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Can J Anaesth. 2011 Mar;58(3):275-84. doi: 10.1007/s12630-010-9439-5. Epub 2010 Dec 14.

The relationship between Candida species cultured from the respiratory tract and systemic inflammation in critically ill patients with ventilator-associated pneumonia.

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Department of Pharmacy Services, Hôpital du Sacré-Cœur de Montréal, Montréal, QC, Canada.



In patients with ventilator-associated pneumonia (VAP), the isolation of Candida species (spp.) in respiratory secretions has been associated with worse outcomes. It is unclear whether Candida colonization is causally related or is a marker of disease severity. The objective of this study was to compare systemic inflammatory markers in patients with a clinical suspicion of VAP with Candida in respiratory tract (RT) cultures vs patients who have bacteria and those with no pathogens.


This was a prospective observational study in adults with a clinical suspicion of VAP who were enrolled within 24 hr of intensive care unit (ICU) admission. Patients were divided into four groups according to RT cultures, i.e., bacterial pathogens only, Candida spp. only, culture negative, and a control group with no clinical suspicion of VAP. Clinical outcomes were collected and compared as were systemic inflammatory and coagulation markers, including procalcitonin (PCT), C-reactive protein (CRP) and interleukin (IL)-6.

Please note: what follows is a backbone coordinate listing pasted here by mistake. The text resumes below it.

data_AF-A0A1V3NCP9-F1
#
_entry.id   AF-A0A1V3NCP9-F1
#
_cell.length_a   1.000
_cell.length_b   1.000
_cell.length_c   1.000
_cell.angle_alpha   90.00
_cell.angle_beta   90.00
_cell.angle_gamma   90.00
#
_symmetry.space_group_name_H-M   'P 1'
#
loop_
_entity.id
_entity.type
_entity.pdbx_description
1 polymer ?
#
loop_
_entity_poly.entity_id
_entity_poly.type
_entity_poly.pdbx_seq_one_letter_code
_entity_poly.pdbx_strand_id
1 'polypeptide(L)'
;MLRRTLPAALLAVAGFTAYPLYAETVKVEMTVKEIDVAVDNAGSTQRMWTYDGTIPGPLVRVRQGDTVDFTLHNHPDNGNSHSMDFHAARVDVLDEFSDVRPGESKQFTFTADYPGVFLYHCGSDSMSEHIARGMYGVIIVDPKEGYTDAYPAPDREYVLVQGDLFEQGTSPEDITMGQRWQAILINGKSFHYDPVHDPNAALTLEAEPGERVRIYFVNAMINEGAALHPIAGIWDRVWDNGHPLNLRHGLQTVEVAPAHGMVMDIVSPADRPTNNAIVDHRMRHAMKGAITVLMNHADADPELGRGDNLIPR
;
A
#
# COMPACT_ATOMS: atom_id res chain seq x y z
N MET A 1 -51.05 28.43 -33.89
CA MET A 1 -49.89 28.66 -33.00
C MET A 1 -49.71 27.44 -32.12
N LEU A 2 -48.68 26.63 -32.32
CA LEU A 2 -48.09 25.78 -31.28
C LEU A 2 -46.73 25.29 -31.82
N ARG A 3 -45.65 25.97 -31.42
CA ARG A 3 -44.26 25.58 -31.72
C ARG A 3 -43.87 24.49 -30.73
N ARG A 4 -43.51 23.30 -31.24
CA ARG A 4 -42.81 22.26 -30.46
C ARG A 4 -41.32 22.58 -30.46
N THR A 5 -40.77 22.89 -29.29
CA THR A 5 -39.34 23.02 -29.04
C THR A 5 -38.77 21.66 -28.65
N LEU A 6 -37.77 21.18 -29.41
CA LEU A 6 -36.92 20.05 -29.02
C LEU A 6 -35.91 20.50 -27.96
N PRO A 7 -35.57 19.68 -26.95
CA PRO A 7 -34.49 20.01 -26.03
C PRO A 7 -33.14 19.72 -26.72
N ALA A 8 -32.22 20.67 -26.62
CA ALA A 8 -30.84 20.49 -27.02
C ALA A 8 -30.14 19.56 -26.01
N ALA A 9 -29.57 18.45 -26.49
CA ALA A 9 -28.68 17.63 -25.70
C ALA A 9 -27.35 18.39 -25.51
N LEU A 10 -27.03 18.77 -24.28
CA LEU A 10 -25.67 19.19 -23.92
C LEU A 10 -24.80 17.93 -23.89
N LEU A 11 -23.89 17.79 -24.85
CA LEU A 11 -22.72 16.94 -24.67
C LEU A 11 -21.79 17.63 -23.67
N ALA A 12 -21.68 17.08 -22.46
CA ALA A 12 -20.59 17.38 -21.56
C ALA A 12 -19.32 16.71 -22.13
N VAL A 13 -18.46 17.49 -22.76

The PCT, CRP, and IL-6 levels were similar in the Candida, bacterial pathogen, and culture negative groups but were significantly increased between the Candida group and the control group (P < 0.05). In the first 28 days, the number of ICU free days was significantly lower in the Candida group compared with the other groups, and mortality at 28 days was greater (Candida 42.9%, bacterial pathogen 25.0%, culture negative 19.8%, control 0.0%; P < 0.05).


In patients with a clinical suspicion of VAP, the presence of Candida spp. only in the RT is associated with similar levels of inflammation and worse clinical outcomes compared with patients without Candida in RT secretions.


[Indexed for MEDLINE]

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